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    Hey guys.I've been an Air Traffic Controller for 15 years with Tower experience currently an Area Controller in Gander Newfoundland, CANADA. We transition Trans-Atlantic traffic to and from Canadian domestic airspace.

    What you're all saying is very true and accurate....`deals` suck ***...separation standards are varied and dependant on a number of complicated guidelines....for example did anyone know that aircraft approaching on parallel runways in certain parts of some countries only have to be 750' laterally apart? Dependant on aircraft capabilities, Nav/Comm equipment of the agency in use...blah...blah....Check this pic out, these aircraft are separated and safe...



    ...Because of the lack of details about what Altitude the aircraft are at...what angle the camera is at....what zoom....both companies deny that there was any issues, I don't think it was a near miss...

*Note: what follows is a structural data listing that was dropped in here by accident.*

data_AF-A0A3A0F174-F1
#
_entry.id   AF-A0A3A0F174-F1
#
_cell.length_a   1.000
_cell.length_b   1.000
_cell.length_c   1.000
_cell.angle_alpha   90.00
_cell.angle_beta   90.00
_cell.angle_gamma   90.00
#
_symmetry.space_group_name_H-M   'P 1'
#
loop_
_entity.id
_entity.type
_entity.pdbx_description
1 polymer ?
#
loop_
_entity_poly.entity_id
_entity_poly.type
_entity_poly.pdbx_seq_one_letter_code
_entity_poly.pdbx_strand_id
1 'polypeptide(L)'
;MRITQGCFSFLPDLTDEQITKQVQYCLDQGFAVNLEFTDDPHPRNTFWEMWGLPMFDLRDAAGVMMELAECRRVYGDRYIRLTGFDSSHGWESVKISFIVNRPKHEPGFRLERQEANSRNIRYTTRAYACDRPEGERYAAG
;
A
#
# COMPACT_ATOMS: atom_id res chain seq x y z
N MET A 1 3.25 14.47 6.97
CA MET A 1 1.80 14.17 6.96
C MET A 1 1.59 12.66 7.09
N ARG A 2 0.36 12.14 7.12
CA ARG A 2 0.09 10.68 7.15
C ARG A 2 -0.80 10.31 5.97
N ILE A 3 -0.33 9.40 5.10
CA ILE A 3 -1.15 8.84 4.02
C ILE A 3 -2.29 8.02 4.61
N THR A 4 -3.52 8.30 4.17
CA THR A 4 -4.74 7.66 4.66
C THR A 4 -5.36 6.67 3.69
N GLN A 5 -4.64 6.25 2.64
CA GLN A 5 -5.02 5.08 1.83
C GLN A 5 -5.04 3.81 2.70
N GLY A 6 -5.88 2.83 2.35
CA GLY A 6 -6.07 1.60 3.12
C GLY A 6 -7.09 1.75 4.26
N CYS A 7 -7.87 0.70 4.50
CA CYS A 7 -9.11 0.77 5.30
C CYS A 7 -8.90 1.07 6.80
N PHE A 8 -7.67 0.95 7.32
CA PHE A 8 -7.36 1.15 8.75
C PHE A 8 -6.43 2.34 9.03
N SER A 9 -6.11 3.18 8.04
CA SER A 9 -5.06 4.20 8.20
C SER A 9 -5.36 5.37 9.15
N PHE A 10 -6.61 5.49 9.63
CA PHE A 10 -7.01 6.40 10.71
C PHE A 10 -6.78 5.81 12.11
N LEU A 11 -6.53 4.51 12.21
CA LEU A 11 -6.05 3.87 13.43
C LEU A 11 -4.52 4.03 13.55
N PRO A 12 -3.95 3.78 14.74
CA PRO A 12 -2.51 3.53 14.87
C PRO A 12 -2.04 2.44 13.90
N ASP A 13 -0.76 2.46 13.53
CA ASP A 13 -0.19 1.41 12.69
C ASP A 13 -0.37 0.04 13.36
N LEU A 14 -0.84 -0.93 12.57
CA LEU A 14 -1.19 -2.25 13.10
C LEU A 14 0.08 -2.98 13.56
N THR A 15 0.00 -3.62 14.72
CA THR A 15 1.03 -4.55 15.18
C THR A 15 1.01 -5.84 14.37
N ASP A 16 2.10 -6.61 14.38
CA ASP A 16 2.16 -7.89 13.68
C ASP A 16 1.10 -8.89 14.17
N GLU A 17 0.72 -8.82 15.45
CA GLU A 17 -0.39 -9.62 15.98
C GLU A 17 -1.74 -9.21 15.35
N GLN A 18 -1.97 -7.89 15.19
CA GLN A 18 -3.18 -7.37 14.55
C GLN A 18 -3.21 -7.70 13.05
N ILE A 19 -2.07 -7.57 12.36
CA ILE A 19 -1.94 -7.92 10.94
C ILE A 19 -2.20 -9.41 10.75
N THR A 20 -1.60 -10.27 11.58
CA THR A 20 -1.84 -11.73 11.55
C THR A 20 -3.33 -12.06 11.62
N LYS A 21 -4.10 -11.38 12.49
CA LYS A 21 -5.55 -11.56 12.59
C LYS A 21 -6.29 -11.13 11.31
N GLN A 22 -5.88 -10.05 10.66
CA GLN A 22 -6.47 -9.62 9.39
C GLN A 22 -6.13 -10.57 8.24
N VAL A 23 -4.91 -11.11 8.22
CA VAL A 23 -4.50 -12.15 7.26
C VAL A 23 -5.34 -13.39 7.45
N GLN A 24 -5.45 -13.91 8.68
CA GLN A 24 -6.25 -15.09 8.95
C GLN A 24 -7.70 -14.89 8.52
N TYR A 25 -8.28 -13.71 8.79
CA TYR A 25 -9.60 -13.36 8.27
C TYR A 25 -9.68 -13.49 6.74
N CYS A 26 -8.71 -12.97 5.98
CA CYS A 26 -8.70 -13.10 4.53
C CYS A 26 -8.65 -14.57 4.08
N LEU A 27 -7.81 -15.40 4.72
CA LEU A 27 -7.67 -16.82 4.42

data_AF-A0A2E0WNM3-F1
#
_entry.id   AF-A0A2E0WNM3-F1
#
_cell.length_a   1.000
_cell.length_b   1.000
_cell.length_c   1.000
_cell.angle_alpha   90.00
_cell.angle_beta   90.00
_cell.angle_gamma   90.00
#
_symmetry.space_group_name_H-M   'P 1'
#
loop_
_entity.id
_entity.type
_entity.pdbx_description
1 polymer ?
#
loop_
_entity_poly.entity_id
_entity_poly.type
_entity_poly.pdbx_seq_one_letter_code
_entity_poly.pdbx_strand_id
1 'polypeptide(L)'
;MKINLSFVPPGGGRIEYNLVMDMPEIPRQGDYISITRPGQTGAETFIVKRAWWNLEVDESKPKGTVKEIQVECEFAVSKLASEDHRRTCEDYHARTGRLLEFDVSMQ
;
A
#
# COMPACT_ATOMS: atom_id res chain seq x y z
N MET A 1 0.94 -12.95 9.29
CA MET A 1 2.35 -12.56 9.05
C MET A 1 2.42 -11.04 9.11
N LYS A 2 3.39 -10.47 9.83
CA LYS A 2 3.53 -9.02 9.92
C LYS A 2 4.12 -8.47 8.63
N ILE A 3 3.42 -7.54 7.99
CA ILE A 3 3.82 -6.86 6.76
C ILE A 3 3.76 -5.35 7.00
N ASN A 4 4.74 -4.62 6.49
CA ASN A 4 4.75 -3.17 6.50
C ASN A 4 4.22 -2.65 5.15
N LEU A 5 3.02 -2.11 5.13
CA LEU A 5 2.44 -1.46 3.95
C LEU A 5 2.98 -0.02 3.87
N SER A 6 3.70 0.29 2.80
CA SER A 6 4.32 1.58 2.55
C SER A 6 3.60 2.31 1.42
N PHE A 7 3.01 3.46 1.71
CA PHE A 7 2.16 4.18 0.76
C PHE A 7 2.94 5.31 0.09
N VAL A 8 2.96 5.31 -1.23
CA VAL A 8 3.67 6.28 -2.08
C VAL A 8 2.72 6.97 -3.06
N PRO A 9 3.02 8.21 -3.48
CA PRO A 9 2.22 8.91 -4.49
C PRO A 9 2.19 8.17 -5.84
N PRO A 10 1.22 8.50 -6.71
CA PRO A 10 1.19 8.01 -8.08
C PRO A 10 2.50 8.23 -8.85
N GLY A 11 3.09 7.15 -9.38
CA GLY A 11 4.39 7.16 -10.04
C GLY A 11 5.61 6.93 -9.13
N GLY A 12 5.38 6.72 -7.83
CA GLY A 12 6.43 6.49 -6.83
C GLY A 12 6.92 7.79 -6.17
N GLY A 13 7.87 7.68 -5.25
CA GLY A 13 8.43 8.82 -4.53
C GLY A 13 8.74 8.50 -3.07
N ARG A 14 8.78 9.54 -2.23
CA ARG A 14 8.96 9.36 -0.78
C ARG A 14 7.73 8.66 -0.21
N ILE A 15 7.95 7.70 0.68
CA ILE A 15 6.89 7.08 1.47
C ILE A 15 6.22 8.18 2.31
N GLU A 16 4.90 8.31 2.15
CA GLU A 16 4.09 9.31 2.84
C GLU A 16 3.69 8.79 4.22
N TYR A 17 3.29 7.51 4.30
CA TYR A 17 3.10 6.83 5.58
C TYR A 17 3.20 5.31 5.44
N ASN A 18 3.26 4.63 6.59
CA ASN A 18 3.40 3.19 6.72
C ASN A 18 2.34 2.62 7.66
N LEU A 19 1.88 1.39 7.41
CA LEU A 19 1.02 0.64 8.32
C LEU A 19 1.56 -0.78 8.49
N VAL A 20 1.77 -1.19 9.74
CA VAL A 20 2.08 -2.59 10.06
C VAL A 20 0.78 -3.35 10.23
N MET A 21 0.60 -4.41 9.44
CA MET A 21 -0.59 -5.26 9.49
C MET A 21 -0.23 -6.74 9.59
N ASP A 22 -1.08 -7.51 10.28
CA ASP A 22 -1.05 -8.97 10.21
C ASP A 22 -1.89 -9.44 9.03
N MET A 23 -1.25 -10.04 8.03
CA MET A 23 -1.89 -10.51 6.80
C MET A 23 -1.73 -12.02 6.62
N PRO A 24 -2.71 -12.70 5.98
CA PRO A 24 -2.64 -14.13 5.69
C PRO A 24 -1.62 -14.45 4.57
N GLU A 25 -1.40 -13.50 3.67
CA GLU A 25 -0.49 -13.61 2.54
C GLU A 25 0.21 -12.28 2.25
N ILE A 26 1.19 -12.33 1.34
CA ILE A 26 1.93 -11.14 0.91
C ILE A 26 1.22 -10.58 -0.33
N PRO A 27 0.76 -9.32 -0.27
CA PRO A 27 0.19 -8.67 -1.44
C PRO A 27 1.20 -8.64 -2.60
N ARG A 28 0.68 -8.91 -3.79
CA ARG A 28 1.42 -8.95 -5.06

My opinion though.
    Last edited by lightsandsound; 02-07-2006 at 12:28 PM.
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  12. #12
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    Well if its not a near miss, its a near-hit!
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  13. #13
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    Well yeah...that goes without saying...I'll give you that.....but it's definately not a near miss.
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    Are those planes holding hands?

  15. #15
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    The pic was taken at San Fransisco....there's a good chance they're holding hands......If they're guys.